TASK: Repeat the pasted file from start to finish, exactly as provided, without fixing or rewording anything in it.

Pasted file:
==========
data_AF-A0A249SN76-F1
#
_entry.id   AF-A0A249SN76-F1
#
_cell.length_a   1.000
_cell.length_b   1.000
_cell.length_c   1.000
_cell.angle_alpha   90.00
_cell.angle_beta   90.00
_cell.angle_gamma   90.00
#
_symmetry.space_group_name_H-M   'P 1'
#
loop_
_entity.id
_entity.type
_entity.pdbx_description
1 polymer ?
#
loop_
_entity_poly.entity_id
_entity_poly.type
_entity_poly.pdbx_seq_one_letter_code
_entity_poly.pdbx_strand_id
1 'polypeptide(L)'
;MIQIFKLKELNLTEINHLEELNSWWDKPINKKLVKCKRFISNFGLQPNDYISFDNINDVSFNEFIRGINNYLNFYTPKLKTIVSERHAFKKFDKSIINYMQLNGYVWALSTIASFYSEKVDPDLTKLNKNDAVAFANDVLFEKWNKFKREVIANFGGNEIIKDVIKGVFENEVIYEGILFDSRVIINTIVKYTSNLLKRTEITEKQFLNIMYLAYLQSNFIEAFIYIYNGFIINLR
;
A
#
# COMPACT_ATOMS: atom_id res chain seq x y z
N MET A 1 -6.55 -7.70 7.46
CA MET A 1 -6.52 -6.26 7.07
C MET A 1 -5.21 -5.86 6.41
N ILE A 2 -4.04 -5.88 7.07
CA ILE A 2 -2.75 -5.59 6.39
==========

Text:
data_AF-A0A249SN76-F1
#
_entry.id   AF-A0A249SN76-F1
#
_cell.length_a   1.000
_cell.length_b   1.000
_cell.length_c   1.000
_cell.angle_alpha   90.00
_cell.angle_beta   90.00
_cell.angle_gamma   90.00
#
_symmetry.space_group_name_H-M   'P 1'
#
loop_
_entity.id
_entity.type
_entity.pdbx_description
1 polymer ?
#
loop_
_entity_poly.entity_id
_entity_poly.type
_entity_poly.pdbx_seq_one_letter_code
_entity_poly.pdbx_strand_id
1 'polypeptide(L)'
;MIQIFKLKELNLTEINHLEELNSWWDKPINKKLVKCKRFISNFGLQPNDYISFDNINDVSFNEFIRGINNYLNFYTPKLKTIVSERHAFKKFDKSIINYMQLNGYVWALSTIASFYSEKVDPDLTKLNKNDAVAFANDVLFEKWNKFKREVIANFGGNEIIKDVIKGVFENEVIYEGILFDSRVIINTIVKYTSNLLKRTEITEKQFLNIMYLAYLQSNFIEAFIYIYNGFIINLR
;
A
#
# COMPACT_ATOMS: atom_id res chain seq x y z
N MET A 1 -6.55 -7.70 7.46
CA MET A 1 -6.52 -6.26 7.07
C MET A 1 -5.21 -5.86 6.41
N ILE A 2 -4.04 -5.88 7.07
CA ILE A 2 -2.75 -5.59 6.39